We already do so in-person by adopting maladaptive eating patterns so as to appear a certain way in the office. We already do so by way of being competitive – both with ourselves and others. Throw in the fact that lawyers and law students have higher rates of psychological distress, anxiety and depression than most if not all other professional strands and, well, I think we’ve got a dangerous cocktail of circumstances on our hands.
To my knowledge, there is no existing data on the impacts of social media upon a specific professional strand like law. But I think all of us need to be conscious of the possibility that our use of platforms like Facebook, Instagram and Snapchat can have a deleterious effect upon our holistic wellness, particularly if – like me – you take more than a passing interest in the volume of likes and comments you get when you upload a photo of yourself.
Legal professionals (including myself) can be overwhelmingly consumed by a need for recognition and a sense of achievement. Is it any wonder that, when presented with an avenue through which our self-worth can literally and metaphorically be measured, we dive in head first?
Where to from here?
Looking out at the profession, the obvious step forward is to undertake research into the extent to which our idiosyncratic habits with social media influence our overall levels of health and wellbeing, with particular consideration given to the educational and professional contexts in which we operate. This should be conducted with haste.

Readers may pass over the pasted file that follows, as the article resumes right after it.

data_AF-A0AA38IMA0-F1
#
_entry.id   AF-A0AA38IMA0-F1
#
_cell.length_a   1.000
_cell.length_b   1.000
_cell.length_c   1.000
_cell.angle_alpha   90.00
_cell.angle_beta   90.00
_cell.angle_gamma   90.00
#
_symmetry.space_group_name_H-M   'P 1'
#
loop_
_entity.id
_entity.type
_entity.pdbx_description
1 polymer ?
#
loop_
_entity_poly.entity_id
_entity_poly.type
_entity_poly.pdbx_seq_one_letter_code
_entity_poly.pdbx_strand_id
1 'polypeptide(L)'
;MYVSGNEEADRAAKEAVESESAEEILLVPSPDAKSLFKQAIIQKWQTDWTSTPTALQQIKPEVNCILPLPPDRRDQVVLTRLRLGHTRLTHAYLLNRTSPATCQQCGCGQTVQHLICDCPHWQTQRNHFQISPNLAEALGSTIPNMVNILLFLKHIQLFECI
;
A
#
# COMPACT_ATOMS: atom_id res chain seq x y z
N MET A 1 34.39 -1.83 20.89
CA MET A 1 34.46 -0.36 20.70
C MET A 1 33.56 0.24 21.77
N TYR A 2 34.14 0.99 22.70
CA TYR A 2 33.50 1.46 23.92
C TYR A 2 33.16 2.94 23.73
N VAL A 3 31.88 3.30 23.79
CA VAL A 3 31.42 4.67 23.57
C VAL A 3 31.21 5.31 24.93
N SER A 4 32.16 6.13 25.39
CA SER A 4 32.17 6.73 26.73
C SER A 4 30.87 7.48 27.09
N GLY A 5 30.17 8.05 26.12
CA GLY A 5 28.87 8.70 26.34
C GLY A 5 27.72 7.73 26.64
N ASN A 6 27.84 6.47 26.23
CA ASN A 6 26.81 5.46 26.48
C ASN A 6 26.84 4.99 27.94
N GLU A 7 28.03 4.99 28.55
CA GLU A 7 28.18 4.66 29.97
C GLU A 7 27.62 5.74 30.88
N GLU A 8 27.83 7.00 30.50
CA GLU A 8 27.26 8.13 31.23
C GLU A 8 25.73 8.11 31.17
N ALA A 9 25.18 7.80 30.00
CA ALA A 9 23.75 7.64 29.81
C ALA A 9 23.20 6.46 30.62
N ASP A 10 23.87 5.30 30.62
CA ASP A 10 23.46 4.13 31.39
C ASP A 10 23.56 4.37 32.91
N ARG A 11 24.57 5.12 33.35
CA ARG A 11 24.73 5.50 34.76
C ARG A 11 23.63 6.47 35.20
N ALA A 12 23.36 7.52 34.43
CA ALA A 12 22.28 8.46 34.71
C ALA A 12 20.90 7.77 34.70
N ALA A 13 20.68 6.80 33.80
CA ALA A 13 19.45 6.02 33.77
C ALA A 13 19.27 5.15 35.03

On an individual level, however, we should all be more mindful that, given our well-established tendencies to compete and be number one at everything, our seemingly innocuous daily habits may be contributing to a cumulative downward spiral of our holistic wellness. Self-awareness and constant vigilance is, as always, paramount.
And, now, I’m going to physically restrain myself from seeing how many clicks and comments this story gets once it is published.
Jerome Doraisamy is a senior writer at Lawyers Weekly and Wellness Daily.
Jerome Doraisamy is a senior writer for Lawyers Weekly and Wellness Daily. He is also the author of The Wellness Doctrines book series, an admitted solicitor in NSW, an adjunct lecturer at The University of Western Australia and is a board director of Minds Count.